Charter high schools in Minneapolis are often tucked away in modest locations, missing all the amenities that come with larger school district high schools.
Things will be different at the $27.3 million Hiawatha Collegiate High School campus that opens next fall.
There, students will be greeted by a gymnasium with the school mascot name splashed behind rows of seating. They’ll file into what Hiawatha calls a state-of-the-art lecture hall, and classrooms and science labs. And when the end-of-day bell rings, their own regulation high school soccer field will be waiting right outside the doors.
“This is a manifestation of the dream that you all have been helping us pursue for a long time getting a lot closer,” said Eli Kramer, executive director of the Hiawatha Academies chain of schools, speaking at a celebration at the site Wednesday.
Other charter high schools in the city include some of the features Hiawatha Collegiate is advertising, said Minnesota Association of Charter Schools executive director Eugene Piccolo. But he said there likely isn’t another Minneapolis charter high school with all these amenities.
“The goal, I assume, is that if they have a brand-new facility with all the bells and whistles, that they will increase enrollment, which would expand their ability to do the programming,” Piccolo said.
Hiawatha Collegiate, at 3500 E. 28th St. in the Longfellow neighborhood, used to be home to a Canada Dry bottling plant, among other things. The building will be sandwiched between Brackett Park and a pair of schools in the Minneapolis district, symbolizing the already tense competition for students in that area of the city.
The four schools that make up Hiawatha Academies bring in kids from kindergarten through 11th grade, and its first class of seniors will graduate in 2019. Hiawatha is one of the city’s largest charter schools, serving mostly Latino students.
At the Wednesday ceremony, the school’s chief operating officer Sean Elder thanked project partners, which include Sunrise Banks and Propel Nonprofits.
“That partnership has allowed us to have a building that is truly equitable for what our scholars and our families deserve,” he said.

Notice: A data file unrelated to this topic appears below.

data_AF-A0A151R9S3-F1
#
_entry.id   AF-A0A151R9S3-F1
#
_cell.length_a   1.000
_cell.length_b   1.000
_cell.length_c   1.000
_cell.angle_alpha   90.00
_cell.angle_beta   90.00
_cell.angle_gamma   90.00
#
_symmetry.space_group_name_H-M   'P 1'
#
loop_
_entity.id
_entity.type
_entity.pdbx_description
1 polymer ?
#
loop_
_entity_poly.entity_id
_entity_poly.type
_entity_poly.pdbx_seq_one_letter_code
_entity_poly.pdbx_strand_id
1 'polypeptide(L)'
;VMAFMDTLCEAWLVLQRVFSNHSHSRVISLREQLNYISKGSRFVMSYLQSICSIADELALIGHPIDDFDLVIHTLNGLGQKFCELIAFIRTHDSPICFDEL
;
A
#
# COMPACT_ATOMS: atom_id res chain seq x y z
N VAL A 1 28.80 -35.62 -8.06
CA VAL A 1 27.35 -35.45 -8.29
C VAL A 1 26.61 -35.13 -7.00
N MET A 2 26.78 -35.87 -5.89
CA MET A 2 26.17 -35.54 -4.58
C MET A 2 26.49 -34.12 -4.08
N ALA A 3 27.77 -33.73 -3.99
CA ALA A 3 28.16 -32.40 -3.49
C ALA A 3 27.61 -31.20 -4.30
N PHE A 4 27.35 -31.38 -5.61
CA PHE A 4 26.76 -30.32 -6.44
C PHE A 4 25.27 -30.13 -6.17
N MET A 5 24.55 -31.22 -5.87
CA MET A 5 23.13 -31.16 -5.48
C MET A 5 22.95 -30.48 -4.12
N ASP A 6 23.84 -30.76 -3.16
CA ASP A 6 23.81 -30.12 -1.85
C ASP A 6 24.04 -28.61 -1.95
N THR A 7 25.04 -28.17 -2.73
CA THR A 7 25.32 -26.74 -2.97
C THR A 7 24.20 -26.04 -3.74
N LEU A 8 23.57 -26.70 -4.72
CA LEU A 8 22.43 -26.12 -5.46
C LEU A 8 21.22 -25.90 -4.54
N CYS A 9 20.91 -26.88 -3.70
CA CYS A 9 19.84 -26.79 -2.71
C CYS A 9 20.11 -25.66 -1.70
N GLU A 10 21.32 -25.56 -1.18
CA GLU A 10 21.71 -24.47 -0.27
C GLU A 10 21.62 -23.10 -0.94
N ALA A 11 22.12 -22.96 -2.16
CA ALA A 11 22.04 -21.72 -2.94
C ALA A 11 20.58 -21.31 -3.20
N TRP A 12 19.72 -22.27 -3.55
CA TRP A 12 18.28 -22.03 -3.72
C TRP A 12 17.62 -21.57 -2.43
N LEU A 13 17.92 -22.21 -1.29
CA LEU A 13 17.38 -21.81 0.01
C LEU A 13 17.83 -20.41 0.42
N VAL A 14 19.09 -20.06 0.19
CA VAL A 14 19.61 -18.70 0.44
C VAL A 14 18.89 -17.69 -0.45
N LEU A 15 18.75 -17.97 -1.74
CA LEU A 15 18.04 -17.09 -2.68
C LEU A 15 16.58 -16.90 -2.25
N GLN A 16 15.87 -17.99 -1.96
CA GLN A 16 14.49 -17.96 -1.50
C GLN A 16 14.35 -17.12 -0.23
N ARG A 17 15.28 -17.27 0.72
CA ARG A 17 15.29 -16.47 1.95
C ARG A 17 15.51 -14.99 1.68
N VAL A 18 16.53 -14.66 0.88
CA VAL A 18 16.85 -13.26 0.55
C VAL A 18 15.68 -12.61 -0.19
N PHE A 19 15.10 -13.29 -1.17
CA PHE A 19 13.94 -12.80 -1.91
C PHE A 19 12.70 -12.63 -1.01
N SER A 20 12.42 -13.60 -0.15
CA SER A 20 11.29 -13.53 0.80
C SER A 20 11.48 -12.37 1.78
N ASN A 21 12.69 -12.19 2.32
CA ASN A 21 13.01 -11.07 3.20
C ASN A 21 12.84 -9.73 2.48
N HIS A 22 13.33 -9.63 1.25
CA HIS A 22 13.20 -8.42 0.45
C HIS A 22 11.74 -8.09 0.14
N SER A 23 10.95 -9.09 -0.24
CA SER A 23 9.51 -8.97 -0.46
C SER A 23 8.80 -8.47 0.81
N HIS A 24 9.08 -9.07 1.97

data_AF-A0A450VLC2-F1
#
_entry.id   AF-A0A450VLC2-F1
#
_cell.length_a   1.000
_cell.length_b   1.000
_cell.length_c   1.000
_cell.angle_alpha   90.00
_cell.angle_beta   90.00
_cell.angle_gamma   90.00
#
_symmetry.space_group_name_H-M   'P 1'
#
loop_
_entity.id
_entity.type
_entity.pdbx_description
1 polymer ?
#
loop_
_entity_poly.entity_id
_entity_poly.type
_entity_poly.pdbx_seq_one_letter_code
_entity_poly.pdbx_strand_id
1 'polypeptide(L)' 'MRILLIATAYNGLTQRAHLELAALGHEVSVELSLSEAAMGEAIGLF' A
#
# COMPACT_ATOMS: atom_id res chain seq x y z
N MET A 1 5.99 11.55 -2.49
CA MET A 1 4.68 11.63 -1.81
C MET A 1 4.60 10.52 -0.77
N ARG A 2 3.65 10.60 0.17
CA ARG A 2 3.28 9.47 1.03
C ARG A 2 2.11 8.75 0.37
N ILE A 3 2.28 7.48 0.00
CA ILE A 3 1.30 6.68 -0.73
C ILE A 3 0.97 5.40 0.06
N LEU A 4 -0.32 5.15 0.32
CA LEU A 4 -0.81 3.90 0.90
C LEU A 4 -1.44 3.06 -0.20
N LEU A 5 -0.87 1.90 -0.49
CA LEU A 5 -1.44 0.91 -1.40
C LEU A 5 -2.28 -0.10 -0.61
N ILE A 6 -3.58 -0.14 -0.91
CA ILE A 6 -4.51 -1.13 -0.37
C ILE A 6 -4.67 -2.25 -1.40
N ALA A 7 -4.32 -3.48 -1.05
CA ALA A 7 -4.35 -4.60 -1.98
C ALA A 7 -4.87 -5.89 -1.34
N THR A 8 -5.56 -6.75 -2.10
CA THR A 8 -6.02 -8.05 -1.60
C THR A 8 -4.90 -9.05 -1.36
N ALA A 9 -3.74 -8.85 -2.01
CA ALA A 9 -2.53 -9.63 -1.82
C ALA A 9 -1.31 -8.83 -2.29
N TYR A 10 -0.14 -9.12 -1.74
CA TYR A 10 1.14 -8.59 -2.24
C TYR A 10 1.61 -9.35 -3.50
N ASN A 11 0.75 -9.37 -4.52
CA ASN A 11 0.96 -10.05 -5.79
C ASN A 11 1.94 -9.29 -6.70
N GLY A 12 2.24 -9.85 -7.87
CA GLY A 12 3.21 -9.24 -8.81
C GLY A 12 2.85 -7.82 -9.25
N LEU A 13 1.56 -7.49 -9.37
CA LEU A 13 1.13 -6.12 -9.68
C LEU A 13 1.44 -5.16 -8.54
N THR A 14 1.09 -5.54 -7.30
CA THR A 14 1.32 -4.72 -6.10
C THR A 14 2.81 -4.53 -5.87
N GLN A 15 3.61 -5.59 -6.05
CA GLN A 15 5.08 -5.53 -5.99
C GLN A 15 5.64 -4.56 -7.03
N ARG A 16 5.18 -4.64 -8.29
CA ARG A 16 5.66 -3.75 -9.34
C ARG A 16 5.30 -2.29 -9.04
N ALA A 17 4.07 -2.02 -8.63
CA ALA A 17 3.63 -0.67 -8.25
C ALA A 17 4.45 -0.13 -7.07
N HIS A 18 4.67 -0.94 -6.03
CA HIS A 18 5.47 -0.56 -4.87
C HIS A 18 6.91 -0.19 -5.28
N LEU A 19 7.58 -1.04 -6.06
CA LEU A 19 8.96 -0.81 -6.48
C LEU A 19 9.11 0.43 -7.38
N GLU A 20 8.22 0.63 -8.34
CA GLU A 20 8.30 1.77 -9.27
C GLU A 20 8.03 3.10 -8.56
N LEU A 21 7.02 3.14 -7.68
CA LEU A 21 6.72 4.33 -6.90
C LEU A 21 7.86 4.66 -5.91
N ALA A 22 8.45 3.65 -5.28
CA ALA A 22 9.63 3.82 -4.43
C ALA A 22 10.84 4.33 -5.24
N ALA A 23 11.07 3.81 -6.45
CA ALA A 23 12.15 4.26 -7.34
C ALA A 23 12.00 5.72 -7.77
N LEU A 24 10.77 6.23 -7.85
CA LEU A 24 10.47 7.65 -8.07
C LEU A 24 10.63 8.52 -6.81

Other amenities at the new building include a food court, auditorium, locker rooms, weight room and dance space. Renderings show that school spirit for the Wolves, Hiawatha Collegiate’s mascot, will be plastered around the school.
It will be a “so much more than a building,” said Hiawatha Collegiate Principal Nicole Cooley, as construction barreled on behind her.
Hiawatha officials aim to almost double the high school population, from 400 to almost 800 students over the next four years, according to a news release. With those five schools, it aims to nearly double last year’s enrollment to 2,240 students by fall 2025, its strategic plan said.
Hiawatha Academies will open its second middle school in the fall in the building that now houses its high school students.
Other charter schools in the metro area are seeing a building boom, notably Hmong College Prep Academy and Community School of Excellence, both in St. Paul.
Enrollment growth in charter schools comes as schools in the Minneapolis and St. Paul districts are seeing increasing declines in their student populations. One in three school-aged kids in Minneapolis is picking a charter school or other school district, a recent Star Tribune analysis found.
Hiawatha’s long list of partners is posted on its website and includes banks and a charter school facilities group.
Hiawatha Collegiate junior Uly Duval said he’s looking forward to the new space, which will include a “real lunchroom” and classrooms with natural lighting.
Duval will be in the building for only a year, he said, “and I will make the most of every second. I owe that to myself.”